Expressive Language Disorder

Expresssive language disorder is present when a child’s skills are below the expected levels of vocabulary, use of correct tenses, production of complex sentences, and recall of words. This disorder is two to three times more common in boys than in girls and is most prevalant among children whose relatives have a family history of phonological disorder or other communication disorders.
Children with expressive language disorder have a selective deficit in language skills, but function well in non-verbal areas and receptive skills (understanding language). These children might find it difficult to explain what they are talking about, may appear vague when telling a story and often use filler words, such as stuff and things instead of naming specific objects. They might use non-verbal cues and point to things they want. Many articulation errors occur (especially with th,r,s,z and y sounds), but the erorrs are often inconsistent.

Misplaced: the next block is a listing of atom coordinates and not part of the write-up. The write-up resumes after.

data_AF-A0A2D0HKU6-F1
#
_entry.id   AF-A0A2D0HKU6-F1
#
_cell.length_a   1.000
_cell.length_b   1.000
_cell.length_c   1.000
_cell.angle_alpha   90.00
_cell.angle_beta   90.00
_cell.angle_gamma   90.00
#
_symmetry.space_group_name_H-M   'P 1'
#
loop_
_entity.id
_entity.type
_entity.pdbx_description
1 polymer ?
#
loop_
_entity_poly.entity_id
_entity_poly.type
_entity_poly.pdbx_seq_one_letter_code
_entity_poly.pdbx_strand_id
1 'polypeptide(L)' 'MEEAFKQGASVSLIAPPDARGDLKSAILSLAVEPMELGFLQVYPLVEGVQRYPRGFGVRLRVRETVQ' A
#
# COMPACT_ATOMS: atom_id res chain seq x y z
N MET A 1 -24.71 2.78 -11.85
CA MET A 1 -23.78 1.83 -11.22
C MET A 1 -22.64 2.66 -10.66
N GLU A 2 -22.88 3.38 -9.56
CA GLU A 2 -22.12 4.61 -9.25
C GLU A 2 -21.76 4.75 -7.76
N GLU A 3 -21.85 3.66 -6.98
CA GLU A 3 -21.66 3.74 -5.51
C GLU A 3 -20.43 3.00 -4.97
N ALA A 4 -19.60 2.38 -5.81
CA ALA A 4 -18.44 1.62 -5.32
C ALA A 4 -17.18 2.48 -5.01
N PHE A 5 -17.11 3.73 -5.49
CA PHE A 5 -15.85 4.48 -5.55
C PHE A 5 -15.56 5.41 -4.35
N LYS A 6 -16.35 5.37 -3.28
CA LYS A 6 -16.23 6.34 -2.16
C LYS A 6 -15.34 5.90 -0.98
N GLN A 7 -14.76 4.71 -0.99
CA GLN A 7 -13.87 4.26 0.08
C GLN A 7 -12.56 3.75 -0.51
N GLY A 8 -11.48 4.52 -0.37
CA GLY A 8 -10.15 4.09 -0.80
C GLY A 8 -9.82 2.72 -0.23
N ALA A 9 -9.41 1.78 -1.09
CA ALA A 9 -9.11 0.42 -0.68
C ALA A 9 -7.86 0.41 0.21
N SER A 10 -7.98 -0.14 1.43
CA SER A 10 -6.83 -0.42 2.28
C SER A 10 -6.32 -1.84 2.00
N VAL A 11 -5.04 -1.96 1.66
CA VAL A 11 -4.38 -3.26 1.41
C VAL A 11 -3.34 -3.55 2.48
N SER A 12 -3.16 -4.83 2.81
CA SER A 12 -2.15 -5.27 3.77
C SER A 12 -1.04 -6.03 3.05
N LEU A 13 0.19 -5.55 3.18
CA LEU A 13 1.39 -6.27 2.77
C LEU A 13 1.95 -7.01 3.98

Children suffering from language impairments often suffer from low self-esteem and will benefit from playtherapy or psychotherapy. Therapy can also help in broadening social skills and communication skills.

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